Friday, April 29, 2011

Security pipedreams

Can I just point out that U.S. gun laws are nuts?

The AP reports:

More than 200 people suspected of ties to terrorism bought guns in the U.S. last year legally, FBI figures show.

The 247 people who were allowed to buy weapons did so after going through required background checks as required by federal law. ...About the same number of people suspected of ties to terrorism also successfully purchased guns in the U.S. in 2009.

The government can only prevent people from buying guns for any of 11 reasons. Convicted felons and illegal immigrants, for example, cannot buy weapons. But the terrorist watch list is different. People become convicted felons only after a court process and an opportunity to defend themselves.

The watch list is secret and generated at the government's discretion. It is not a list of people convicted of terrorism crimes. The list of about 450,000 people includes suspected members of al-Qaida and other terrorist organizations, terror financiers, terror recruiters and people who attended training camps. People's names are added to and removed from the watch list every day, and most people never know whether they're on it.

I've pretty much stopped writing about no fly lists and watch lists because everyone who cares has noticed that they make no sense and constitute an ongoing abuse of arbitrary power in the name of "security." (Click the "no fly list" label in the right column for more than you want to know about this madness.)

Patrick Smith who writes "Ask the Pilot" for Salon recently described an experience that illustrates the utter absurdity of security theater, not to mention the bullying behavior of some TSA workers. Since he's often flying the plane, therefore uniquely well placed to accomplish any nasty plot he might be planning, his repeated brushes with this nonsense clarify how insane the security obsession has become. He concludes:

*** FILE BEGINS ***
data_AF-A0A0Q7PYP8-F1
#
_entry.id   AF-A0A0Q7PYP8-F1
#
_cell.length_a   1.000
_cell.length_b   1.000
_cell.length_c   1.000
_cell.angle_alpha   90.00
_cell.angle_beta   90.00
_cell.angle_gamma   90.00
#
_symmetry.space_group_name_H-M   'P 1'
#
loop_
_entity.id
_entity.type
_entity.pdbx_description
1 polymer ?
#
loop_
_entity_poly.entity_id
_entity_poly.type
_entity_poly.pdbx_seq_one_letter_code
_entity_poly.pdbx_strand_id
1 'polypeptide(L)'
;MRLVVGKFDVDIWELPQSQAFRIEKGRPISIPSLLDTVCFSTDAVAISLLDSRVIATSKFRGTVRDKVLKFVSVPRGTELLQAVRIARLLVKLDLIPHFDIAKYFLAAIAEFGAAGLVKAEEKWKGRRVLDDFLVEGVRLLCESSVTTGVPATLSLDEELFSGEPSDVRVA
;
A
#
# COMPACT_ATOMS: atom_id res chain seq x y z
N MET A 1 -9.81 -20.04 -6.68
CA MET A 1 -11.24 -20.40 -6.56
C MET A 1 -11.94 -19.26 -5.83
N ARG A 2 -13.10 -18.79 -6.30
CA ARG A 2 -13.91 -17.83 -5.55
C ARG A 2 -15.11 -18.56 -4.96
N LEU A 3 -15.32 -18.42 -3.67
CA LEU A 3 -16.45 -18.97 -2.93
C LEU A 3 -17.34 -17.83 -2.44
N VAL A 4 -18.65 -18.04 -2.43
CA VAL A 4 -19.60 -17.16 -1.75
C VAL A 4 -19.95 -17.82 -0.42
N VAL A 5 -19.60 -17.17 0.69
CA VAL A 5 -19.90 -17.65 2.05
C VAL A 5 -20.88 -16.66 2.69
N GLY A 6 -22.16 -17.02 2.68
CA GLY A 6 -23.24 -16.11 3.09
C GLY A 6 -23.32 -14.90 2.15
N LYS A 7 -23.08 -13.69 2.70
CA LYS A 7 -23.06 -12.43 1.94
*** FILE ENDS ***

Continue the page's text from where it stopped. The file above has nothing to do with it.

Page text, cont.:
In the United States alone, more than 2 million people fly every day, subject to all manner of tedium and humiliation, yet there is virtually no protest either from citizens or their leaders. Certainly there is no political will to get things changed. People grumble, shake their heads, and move along in a woozy capitulation to a security apparatus that is both repressive and ineffective.

This will continue, presumably, until disaster strikes, at which point the screams for accountability will be shrill and righteous and entirely too late.

Separately, perhaps, from all of this, we need to acknowledge the reality, however unfortunate, that no amount of airport security is going to stop a terrorist who is clever and resourceful enough. There will always be a way to circumvent whatever measures we put in place, no matter how draconian. ...

1 comment:

Darlene said...

The power of the NRA is greater than that of the President, it seems. Why any citizen needs a gun is beyond me, unless it is for legal hunting.

I live in a State that is so crazy they just made the Colt the official gun. And they did that after the carnage in my city. It is insane.

I am now afraid to go anyplace where there is a crowd. Who knows if another Loughner will show up.

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